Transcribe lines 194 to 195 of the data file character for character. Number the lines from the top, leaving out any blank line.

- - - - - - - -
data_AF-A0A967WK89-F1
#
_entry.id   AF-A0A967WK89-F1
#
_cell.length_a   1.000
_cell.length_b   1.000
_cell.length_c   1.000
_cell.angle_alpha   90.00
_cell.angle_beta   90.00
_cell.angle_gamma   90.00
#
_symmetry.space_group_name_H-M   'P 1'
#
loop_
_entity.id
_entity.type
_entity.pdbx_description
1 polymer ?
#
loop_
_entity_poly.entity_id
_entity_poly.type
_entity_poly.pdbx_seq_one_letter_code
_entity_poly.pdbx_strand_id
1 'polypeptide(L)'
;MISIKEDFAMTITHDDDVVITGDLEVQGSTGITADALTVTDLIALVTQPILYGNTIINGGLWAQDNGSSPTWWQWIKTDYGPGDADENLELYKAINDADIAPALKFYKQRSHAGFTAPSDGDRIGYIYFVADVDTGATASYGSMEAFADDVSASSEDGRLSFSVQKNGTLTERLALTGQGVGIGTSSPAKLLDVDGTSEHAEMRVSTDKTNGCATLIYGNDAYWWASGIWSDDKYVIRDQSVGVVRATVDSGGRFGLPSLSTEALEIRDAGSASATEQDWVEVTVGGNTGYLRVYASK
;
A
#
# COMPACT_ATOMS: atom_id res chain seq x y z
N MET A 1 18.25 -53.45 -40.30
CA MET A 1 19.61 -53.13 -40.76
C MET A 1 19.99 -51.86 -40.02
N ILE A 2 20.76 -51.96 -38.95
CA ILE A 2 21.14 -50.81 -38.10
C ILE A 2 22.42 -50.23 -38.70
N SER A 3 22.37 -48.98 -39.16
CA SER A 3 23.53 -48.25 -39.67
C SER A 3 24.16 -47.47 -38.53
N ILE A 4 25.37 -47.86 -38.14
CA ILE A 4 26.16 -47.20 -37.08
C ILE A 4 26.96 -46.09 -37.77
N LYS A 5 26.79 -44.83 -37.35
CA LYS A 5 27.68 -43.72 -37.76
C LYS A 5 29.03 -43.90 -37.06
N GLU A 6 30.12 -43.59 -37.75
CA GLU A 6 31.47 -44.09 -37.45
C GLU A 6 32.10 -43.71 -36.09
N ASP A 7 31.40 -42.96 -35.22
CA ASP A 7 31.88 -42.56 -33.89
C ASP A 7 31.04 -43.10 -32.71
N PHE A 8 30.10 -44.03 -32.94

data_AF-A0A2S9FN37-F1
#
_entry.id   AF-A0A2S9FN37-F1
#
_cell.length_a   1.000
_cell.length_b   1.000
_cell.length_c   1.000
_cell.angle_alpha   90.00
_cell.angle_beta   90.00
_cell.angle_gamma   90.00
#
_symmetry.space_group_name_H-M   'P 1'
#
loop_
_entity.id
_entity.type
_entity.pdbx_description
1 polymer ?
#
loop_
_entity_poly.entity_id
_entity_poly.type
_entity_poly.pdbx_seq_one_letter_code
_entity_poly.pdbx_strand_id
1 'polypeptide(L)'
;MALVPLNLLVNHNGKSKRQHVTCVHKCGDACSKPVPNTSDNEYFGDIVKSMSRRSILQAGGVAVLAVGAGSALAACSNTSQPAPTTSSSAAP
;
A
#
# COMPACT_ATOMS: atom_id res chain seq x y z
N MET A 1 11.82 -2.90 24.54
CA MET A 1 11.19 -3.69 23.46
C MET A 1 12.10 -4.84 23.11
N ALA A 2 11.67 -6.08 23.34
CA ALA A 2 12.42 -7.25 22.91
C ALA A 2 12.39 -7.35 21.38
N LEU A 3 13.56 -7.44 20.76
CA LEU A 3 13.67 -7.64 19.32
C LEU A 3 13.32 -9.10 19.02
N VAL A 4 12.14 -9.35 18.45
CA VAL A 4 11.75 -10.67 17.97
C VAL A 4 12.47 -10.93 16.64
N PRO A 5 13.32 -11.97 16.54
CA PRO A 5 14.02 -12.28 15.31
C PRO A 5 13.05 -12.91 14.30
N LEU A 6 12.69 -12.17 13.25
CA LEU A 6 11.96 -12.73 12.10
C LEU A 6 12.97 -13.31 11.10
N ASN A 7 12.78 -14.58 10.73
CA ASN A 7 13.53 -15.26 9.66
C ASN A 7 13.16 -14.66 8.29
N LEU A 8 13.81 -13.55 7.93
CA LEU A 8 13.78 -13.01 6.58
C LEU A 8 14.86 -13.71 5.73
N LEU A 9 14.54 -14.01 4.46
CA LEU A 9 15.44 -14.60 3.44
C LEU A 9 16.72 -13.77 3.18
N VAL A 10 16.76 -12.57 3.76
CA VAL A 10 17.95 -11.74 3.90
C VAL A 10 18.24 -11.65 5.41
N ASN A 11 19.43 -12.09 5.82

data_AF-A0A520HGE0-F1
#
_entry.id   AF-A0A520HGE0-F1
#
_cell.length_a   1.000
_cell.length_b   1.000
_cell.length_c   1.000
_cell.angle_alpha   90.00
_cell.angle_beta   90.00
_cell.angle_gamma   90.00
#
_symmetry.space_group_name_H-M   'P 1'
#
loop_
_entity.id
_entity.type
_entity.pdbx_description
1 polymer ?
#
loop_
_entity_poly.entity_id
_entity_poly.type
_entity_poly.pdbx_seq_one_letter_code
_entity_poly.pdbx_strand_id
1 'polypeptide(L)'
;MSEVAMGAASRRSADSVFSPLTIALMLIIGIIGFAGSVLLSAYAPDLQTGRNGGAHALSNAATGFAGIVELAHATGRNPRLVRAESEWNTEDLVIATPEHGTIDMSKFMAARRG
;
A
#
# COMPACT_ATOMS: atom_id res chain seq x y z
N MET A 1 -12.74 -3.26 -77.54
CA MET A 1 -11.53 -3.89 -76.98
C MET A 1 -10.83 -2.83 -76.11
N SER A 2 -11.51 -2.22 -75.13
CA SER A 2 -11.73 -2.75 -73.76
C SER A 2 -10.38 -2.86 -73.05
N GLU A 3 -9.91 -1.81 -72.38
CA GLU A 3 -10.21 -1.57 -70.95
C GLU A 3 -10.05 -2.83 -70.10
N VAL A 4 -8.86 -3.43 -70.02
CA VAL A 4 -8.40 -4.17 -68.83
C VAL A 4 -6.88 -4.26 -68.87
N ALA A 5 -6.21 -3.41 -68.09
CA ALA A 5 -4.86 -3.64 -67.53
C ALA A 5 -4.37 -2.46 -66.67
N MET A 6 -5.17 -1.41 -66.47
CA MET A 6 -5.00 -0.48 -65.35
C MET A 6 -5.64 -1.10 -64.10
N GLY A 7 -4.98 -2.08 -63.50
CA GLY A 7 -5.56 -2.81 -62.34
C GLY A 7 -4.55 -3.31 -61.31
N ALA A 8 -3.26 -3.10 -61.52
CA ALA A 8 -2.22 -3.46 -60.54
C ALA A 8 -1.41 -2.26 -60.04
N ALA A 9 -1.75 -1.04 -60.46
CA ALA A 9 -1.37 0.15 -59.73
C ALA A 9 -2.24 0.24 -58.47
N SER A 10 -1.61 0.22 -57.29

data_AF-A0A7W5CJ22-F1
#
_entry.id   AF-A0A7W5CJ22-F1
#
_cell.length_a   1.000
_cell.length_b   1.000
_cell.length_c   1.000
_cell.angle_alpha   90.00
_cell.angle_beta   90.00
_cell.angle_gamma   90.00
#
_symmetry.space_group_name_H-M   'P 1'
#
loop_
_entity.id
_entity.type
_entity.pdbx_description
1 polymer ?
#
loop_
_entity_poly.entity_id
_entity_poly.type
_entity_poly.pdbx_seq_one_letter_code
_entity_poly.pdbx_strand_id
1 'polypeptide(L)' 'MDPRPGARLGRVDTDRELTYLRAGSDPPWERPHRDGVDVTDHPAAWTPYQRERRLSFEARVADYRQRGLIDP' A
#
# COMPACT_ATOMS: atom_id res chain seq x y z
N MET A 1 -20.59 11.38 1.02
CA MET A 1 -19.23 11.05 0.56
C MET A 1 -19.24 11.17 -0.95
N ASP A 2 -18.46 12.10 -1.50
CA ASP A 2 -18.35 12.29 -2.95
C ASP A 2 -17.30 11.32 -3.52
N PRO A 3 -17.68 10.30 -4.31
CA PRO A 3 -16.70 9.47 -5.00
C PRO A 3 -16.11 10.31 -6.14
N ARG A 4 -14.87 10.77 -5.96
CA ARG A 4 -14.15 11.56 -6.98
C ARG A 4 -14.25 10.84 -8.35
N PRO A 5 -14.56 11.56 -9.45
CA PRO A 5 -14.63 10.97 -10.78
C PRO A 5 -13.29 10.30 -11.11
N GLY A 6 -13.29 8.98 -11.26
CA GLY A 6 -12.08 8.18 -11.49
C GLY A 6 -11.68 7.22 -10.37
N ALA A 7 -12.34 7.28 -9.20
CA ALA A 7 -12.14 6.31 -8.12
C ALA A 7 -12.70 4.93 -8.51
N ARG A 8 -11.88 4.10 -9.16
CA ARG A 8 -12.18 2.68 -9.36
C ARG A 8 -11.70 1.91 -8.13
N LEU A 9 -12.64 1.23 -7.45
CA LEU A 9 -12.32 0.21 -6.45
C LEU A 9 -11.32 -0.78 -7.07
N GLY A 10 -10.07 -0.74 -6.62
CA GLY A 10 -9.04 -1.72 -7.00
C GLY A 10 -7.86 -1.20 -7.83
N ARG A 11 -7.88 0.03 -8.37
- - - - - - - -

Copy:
_entity_poly.pdbx_seq_one_letter_code
_entity_poly.pdbx_strand_id